I bought a new shirt the other day. It was a rare find – a blue, oxford cloth, button-down collar vintage masterpiece. It’s my favorite shirt. When I wear one, I feel invincible, ready to take on the day (an old coot day, anyhow). Most people have a feel-good item of this sort in their wardrobe. I have six of these shirts, three on active duty and three in reserve. When I find one, I buy it. They get in the mix one or two times a week.
Am I stuck in a fashion rut? You bet – this obsession has been going on since I was in 7th grade and the official dress code was an oxford cloth, button down collar shirt (usually blue, but also blue or gray stripped), cotton khaki pants and white bucks. I’m still at it – I don’t have the white bucks; mine are tan.
Anyhow, I took the shirt out of the bag, started to unfold it and hit a snag. The sleeves were bolted to the body of the shirt with two plastic fasteners – the kind that make a tear when you yank the fastened sections apart. Which I did, knowing better, but too lazy to get up and get the scissors. I was rewarded with a small tear in the back of the shirt. Then, I got the scissors. One tear was enough.
I hate those things, those little “Capital I” shaped nuisances that have replaced straight pins that once held clothing articles in a flattering pose. Just about everything you buy these days is loaded with “I” fasteners or other plastic devices. It’s a challenge to free your purchase from bondage. You need scissors or a knife, and sometimes a pair of wire cutters.
The “I” shaped fasteners used in clothing annoy me the most; they were invented by two engineers working for the Dennison Manufacturing Company – Jerry Merser and Arnold Bone. The “I” shaped fastener is just one of many diabolical devices now included in the “Swiftach” system of fasteners which went into use starting in the mid 1960’s. It was first used to attach price tags. Clerks did it by hand up to that point, a labor-intensive process. It only takes a second to insert an “I” fastener using an insertion pistol. (No pistol permit needed for this menace to society.)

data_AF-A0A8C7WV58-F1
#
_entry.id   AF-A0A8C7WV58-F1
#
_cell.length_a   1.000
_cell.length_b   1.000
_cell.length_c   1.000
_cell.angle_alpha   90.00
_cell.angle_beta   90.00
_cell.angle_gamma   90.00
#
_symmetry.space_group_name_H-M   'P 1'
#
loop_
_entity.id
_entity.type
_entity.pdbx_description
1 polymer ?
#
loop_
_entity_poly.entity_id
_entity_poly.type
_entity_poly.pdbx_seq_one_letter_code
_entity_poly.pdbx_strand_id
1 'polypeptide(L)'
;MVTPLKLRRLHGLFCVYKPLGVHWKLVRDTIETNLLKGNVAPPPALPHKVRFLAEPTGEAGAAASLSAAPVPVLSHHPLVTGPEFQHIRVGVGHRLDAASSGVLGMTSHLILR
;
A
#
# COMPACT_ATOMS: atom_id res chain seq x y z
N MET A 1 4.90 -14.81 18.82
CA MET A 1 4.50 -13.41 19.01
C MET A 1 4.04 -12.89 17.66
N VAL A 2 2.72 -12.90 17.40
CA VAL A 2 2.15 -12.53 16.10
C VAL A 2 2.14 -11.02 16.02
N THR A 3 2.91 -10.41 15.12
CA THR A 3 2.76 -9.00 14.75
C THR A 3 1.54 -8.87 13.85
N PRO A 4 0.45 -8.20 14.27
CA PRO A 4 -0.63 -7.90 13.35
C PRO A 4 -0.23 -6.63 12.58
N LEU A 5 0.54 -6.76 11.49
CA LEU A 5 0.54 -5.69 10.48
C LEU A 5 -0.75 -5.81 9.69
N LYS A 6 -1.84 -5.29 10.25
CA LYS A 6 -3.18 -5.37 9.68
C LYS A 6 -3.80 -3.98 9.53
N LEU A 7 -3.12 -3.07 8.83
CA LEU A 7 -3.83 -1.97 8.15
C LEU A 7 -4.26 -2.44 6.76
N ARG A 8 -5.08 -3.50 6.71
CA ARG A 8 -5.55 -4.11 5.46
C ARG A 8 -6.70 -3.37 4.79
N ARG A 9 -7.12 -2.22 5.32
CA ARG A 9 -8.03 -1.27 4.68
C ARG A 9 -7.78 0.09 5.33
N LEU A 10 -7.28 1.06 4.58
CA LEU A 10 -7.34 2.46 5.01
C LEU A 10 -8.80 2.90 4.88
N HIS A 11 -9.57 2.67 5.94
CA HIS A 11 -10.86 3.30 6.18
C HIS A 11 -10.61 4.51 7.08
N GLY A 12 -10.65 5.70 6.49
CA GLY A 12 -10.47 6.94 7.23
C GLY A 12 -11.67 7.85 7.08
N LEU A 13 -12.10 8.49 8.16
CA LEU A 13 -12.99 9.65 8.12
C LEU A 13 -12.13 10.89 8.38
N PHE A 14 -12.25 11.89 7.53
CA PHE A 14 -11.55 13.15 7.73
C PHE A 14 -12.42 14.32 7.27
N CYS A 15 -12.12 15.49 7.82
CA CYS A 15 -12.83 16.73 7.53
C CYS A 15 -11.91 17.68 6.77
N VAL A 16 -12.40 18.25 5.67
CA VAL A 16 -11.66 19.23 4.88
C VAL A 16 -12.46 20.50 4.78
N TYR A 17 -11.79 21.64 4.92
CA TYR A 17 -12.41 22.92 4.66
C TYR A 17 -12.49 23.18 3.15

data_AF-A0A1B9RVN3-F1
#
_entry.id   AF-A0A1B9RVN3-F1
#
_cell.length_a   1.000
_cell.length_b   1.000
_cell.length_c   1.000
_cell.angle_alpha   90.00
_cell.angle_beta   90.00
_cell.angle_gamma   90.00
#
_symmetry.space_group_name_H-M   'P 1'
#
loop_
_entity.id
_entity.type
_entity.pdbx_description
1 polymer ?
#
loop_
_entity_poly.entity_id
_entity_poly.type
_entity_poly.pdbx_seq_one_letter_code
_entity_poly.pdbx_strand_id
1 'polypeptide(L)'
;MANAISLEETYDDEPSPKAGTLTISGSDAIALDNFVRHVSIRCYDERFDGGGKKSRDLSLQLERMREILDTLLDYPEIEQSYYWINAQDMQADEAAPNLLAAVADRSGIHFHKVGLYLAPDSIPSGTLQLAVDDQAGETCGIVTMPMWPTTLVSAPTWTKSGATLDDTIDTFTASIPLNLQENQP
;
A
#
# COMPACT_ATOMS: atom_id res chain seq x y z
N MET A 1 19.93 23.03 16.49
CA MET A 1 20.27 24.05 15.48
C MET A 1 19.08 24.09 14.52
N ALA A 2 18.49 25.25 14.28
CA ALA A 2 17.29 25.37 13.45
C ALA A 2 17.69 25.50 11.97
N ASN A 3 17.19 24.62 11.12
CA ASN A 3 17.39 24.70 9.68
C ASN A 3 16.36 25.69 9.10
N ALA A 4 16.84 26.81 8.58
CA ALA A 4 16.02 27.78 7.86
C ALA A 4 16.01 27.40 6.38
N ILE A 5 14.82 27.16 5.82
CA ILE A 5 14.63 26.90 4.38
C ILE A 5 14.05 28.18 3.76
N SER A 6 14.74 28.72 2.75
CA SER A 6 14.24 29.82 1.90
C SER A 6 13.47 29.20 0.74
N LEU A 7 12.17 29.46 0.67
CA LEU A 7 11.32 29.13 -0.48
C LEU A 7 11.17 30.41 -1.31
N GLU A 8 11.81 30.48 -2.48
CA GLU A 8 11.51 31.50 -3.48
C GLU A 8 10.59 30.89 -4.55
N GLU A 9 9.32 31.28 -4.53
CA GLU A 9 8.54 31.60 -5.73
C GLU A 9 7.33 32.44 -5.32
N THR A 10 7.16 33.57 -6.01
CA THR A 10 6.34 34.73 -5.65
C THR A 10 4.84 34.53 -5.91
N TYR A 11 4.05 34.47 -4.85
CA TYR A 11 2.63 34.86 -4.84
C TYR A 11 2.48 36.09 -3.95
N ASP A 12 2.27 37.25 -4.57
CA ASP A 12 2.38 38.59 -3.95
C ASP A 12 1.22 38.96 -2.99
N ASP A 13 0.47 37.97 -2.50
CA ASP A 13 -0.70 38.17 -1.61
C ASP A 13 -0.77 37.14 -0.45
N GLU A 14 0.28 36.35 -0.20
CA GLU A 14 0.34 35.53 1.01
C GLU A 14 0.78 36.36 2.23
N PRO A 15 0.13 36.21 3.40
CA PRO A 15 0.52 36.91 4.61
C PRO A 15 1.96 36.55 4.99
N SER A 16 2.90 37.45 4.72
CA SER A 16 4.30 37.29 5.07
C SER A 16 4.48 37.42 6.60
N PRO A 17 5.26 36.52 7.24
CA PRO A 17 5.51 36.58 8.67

It’s used for more than attaching price tags these days; clothing is rife with them, to better display a garment (holding it hostage, in my view). They’re like fish hooks; they go in easy but are impossible to get out without tearing a hole. Scissors are mandatory.
Look around – you’ll see it isn’t just old coots that sport small rips and tears in their clothing. A lot of people do, especially men, who won’t take the time to get scissors and avoid the damage. Old coots like me don’t mind a rip or two; it distracts from the coffee, mustard and spaghetti stains that decorate our clothes.
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